New Book: “Plan Ceibal and Social Inclusion”

This book contains the results of three investigations into the
impact Ceibal has had on social inclusion. “A first assessment of the effects of Plan Ceibal based on panel data”, “Plan Ceibal: community impact and social inclusion” and “Impact of Plan Ceibal in cognitive and language development of school children.”

They were conducted by UDELAR multidisciplinary teams and supported by the  Oriented Research Program on Social Inclusion CSIC and Plan Ceibal. The book can be downloaded from Portal Ceibal.

Uruguay’s OLPC program: Impact and numbers – The Next Web

…As a matter of fact, one of Plan Ceibal’s goals was to provide each school with a wireless Internet connection which the XO devices could use, in addition to installing outdoor connectivity points in public places.

While early studies pointed out difficulties in that respect, a recent consultancy report co-authored by Canadian educational change expert Michael Fullan notes that virtually all schools now have Internet access, with initial connections being progressively replaced by optical fiber.

This new report also touches an interesting point by calculating the financial burden of Plan Ceibal, which is not as high as you may think…

Read the article here.

President of Mexico, Peña Nieto, Visits Plan Ceibal

Captura de pantalla 2013-01-29 a las 13.40.01

Peña Nieto was accompanied by the heads of the ministries of Foreign Affairs, Economy and Education, 
since the main purpose of this visit is to know about the program “Basic Informatics Educative Connectivity for Online Learning” and do it on our country.

The president of Mexico, Enrique Peña Nieto, arrived a few minutes to the international airport in Montevideo, Uruguay, where he made ​​his first official working visit.

It was reported that the Mexican president was greeted by his South American counterpart Jose Mujica and Roberto Conde, Foreign Minister of Internal Uru

guay in a first meeting during which the hymns were sung in both nations and presented the delegations of both rulers.

Note that Peña Nieto was accompanied by the heads of the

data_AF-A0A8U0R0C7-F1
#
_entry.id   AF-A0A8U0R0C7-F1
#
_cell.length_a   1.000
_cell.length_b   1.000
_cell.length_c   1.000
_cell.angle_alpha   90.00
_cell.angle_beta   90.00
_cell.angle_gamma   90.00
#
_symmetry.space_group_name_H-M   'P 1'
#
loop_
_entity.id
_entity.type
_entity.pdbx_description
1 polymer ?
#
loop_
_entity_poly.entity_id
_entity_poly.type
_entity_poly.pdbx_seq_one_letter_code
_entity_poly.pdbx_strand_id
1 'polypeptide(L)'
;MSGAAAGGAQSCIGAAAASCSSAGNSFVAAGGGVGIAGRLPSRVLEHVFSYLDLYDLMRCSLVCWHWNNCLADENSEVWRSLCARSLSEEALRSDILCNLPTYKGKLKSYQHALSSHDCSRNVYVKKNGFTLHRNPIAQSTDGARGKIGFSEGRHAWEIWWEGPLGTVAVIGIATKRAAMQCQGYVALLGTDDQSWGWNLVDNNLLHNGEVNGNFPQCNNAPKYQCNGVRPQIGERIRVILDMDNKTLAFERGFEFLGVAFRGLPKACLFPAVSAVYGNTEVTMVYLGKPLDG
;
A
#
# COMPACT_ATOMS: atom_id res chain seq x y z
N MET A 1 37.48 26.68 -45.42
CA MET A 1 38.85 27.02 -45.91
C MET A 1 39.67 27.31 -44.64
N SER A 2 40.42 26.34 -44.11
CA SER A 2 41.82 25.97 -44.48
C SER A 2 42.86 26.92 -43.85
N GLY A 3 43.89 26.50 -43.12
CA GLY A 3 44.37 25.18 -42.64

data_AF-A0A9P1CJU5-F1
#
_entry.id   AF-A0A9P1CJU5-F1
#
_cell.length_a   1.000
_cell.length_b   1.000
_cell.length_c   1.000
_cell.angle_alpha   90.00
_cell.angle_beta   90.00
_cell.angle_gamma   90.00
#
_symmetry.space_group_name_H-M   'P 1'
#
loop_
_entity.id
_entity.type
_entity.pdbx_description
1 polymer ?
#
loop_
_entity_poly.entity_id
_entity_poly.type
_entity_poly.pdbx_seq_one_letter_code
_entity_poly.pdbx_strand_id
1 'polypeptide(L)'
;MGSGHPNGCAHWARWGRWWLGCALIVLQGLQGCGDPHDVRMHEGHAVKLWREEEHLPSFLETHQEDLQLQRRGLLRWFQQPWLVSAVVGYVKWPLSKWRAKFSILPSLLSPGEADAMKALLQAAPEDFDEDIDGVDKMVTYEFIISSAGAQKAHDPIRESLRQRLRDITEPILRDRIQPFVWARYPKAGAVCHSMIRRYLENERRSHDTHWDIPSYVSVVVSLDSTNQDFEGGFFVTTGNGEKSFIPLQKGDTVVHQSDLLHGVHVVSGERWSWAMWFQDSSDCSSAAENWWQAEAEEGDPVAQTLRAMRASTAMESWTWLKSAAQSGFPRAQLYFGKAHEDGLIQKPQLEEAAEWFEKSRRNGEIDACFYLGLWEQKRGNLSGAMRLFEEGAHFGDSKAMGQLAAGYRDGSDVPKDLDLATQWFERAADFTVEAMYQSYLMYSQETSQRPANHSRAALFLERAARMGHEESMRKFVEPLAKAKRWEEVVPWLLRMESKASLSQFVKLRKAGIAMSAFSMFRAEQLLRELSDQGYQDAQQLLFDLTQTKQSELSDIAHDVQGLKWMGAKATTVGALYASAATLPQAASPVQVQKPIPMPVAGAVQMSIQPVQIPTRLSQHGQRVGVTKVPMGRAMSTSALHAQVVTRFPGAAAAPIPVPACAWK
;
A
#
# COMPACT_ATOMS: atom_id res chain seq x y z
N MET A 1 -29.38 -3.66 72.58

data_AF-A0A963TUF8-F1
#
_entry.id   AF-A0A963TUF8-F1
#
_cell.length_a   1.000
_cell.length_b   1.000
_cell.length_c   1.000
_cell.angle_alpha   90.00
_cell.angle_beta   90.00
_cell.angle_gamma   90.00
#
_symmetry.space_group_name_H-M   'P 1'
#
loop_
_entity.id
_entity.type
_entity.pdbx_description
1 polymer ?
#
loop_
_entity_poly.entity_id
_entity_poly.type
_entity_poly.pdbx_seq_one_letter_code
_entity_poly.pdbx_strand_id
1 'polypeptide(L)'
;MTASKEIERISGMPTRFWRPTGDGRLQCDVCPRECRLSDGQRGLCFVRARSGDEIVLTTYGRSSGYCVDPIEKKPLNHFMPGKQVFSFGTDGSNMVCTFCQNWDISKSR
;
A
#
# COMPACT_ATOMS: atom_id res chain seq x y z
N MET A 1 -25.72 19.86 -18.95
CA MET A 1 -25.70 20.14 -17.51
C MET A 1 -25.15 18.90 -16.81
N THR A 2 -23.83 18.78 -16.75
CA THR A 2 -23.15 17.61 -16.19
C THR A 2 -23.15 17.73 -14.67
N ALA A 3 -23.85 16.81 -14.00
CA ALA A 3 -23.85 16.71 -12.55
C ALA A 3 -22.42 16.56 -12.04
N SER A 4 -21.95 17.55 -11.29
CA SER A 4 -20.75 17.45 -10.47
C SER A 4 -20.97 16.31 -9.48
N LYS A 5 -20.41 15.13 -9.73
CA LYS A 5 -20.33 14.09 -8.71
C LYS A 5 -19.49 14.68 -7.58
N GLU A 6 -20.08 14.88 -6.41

ministries of Foreign Affairs SRE, Economy SE ​​and Public Education SEP, since the main purpose of this visit is to know about the program “Educational Computer Connectivity basic Online Learning “and to implement it in our country.

El sexenio

Watch the video: http://youtu.be/2VnokEkq0LI

From his twitter account you can read:
Captura de pantalla 2013-01-29 a las 13.41.57

Photo from President’s Instagram profile

 

Director-General of UNESCO: Plan Ceibal has transformed the privilege of few into a right for all

© UNESCO/Susana Sam-Vargas -The Director-General of UNESCO Irina Bokova visiting the Escuela Grecia. Presentation of the Ceibal Plan – one laptop per child. Uruguay, September 2012

 

On 13 September 2012, the Director-General of UNESCO, Irina Bokova kicked off her official visit to Uruguay at the Escuela Grecia in Montevideo. She was accompanied by the Minister of Education and Culture Mr. Ricardo Ehrlich, Vice-Minister of Education and Culture, President of the National Commission of Uruguay for UNESCO Mr. Oscar Gomez da Trinidade, the Ambassador of Uruguay to UNESCO Mr. Omar Mesa and the Director of UNESCO’s Office in Montevideo Mr. Jorge Grandi.

During her visit to the school, she was greeted by enthusiastic primary school students, who proudly spoke about their work using their CEIBALITA laptop computers. Addressing the school authorities and students, the Director-General said that she was honoured to be visiting the GRECIA School and to have the opportunity to learn about the Plan CEIBAL. She underlined that in the 21st century, universal access to knowledge and quality education could be accelerated with the introduction of communication and information technologies in schools.

This project has transformed the privilege of a few into a right for all — placing Uruguay as the first country in the world to cover its entire primary and early secondary education with laptops, connectivity, educational contents and training, and transforming family life for all involved.